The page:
*Into the Web* is the first time that I've read anything by Thomas Cook. I found him to be an alright writer.
Roy Slater, a professor of a small Californian college, returns home in Kingdom County, West Virginia after 25 years. The reason for the return is to care for his ailing father. Not only does he returns but he revisits the secret that caused him to leave in the first place...one that involved his older brother's suicide.
Within days of his return, someone is murdered. The murder brings back everyone from Roy's past, including Lila, his old flame and Lonnie, the current sheriff who is the exact replica of his father, who literally controlled the area.
Meanwhile, Roy has to deal with his dying father, who is bitter and hard to please. However, over a period of time, Roy's father reveals tidbits that finally answers some of Roy's questions.
Predictably, all of these people and their pasts/secrets bring closure to Roy and the terrible tragedy that led to his older brother's suicide.
I thought the book was alright...not quite a page-turner. I felt that Cook dragged on with revealing information from Roy's father and former love. It was like pulling teeth. Just spill the info and move on already. (less)
I guess I was rushing that day and in my haste, I thought *Season of the Dead* would be somewhat similar to Dan B...moreAs posted in [http://www.amazon.com]:
I guess I was rushing that day and in my haste, I thought *Season of the Dead* would be somewhat similar to Dan Brown's *The Da Vinci Code*. Boy, was I wrong!
Nonetheless, I thought this book was long-winded in trying to figure out what is going on and how it ties to the Vatican. Professor Sara Farnese is in the Vatican library, doing her own research when a colleague approaches her. He's carrying with him a gun and a bloody bag, which contains human skin. The Swiss Guards quickly and nervously shoot him to death.
Italian detectives Rossi and Costa, by happenstance, arrive at the scene, only to have a "pissing contest" with the Vatican officials. However, when it is revealed that homicide victims are linked to Farnese, including her dead colleague, Rossi and Costa are determined to find out what is the link. The investigation turns out to include the Vatican, the Mafia, and a serial killer. Meanwhile, Rossi is mesmerized by Farnese and boundaries are blurred.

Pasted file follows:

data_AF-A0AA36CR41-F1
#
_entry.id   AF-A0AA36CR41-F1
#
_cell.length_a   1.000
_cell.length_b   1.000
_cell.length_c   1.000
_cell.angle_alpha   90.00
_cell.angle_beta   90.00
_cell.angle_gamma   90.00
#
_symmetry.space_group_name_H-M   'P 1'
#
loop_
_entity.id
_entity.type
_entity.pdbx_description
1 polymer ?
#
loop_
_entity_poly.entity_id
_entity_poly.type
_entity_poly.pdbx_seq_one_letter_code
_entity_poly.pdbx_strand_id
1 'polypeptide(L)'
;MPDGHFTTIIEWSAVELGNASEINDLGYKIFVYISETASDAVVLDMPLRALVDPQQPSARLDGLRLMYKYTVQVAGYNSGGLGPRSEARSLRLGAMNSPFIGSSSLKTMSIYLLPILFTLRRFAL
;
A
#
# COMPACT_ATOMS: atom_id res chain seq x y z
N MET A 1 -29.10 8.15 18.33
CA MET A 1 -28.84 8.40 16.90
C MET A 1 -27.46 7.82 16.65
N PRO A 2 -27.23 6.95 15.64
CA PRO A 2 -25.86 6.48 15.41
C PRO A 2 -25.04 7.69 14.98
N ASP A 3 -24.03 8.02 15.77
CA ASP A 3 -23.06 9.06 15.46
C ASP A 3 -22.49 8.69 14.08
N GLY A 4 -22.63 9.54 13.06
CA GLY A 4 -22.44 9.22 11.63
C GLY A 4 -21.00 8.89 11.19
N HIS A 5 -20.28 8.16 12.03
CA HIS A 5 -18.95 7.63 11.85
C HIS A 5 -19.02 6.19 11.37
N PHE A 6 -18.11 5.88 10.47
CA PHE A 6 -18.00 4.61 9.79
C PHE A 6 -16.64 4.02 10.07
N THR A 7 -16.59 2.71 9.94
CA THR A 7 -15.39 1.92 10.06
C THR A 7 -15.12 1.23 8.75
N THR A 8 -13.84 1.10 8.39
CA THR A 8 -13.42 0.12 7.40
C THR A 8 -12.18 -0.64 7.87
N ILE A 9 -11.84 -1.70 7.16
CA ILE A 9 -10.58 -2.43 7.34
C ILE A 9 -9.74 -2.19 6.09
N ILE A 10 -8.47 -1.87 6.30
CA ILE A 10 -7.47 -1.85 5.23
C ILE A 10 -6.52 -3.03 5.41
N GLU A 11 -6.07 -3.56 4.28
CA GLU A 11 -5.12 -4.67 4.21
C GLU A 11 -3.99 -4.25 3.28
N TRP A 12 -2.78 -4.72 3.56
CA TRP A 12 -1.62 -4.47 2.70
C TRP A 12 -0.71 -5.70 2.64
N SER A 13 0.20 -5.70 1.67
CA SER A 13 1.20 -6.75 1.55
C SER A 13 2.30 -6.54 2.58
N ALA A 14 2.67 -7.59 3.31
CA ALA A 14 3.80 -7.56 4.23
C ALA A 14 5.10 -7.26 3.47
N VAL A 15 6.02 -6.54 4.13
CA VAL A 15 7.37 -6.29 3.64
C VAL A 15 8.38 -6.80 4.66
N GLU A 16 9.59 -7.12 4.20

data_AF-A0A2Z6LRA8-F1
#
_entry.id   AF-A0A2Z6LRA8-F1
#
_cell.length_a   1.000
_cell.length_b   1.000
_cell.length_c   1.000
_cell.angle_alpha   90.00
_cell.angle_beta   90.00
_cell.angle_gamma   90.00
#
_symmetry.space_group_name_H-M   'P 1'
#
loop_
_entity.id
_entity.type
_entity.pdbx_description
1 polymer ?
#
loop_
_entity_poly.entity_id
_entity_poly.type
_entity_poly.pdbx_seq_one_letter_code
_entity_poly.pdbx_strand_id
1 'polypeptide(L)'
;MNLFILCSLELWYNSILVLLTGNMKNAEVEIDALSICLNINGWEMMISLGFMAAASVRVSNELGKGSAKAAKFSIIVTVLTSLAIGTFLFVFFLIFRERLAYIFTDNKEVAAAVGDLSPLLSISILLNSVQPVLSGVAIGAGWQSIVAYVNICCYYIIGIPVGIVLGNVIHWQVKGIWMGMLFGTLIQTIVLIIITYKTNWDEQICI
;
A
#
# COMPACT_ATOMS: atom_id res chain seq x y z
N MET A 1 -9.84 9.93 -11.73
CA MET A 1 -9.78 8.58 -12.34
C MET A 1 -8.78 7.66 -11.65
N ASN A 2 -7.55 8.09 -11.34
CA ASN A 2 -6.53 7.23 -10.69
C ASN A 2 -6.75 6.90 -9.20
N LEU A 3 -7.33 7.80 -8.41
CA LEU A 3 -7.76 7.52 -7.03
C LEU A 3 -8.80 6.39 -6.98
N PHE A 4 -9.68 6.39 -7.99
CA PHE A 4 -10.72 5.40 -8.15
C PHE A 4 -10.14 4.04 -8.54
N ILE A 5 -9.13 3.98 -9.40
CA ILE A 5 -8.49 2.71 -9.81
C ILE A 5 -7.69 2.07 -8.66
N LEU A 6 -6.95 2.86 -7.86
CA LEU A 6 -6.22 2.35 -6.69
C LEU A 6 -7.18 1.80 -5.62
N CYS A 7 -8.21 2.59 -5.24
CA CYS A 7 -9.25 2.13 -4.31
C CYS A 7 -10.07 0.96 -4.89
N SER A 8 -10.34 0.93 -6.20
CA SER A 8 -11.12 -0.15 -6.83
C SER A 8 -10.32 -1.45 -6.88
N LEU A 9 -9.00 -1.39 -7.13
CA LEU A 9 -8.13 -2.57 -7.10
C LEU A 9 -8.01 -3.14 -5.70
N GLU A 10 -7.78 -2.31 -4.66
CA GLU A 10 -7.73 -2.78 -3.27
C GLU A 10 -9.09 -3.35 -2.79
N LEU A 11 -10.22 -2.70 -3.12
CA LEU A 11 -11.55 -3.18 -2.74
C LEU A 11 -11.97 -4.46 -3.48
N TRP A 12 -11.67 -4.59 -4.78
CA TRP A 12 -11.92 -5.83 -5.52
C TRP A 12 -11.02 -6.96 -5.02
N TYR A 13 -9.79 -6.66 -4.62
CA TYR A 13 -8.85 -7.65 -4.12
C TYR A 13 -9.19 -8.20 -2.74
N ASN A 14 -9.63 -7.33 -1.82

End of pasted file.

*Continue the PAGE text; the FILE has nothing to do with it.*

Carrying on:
Sounds like a fast-paced thriller, eh? Except that it's not because it's long-winded, especially with this corrupt cardinal character and too many characters (homicidal victims) linked to Farnese. And when all is solved, I couldn't help but think the whole plot was silly. (less)
*Hate Crime* was just ok. While there were many things going on, some of them really took your attention away fro...moreAs posted in [http://www.amazon.com]:
*Hate Crime* was just ok. While there were many things going on, some of them really took your attention away from the main story. My biggest gripe about this installment was that there was too much focus and unnecessary drama between Ben Kincaid and a mysterious woman, Ellen Christensen.
Ellen comes into Ben's law firm in Tulsa, begging him to take her son's case, in Chicago. Her son, Johnny, has been accused of torturing and murdering a young gay man at his fraternity house. Ben, upon seeing Ellen, flat out refuses. Standing nearby is Christina McCall, who has recently been promoted at partner. Feeling for the mother's plea, Christina decides to take the case, without Ben's blessing.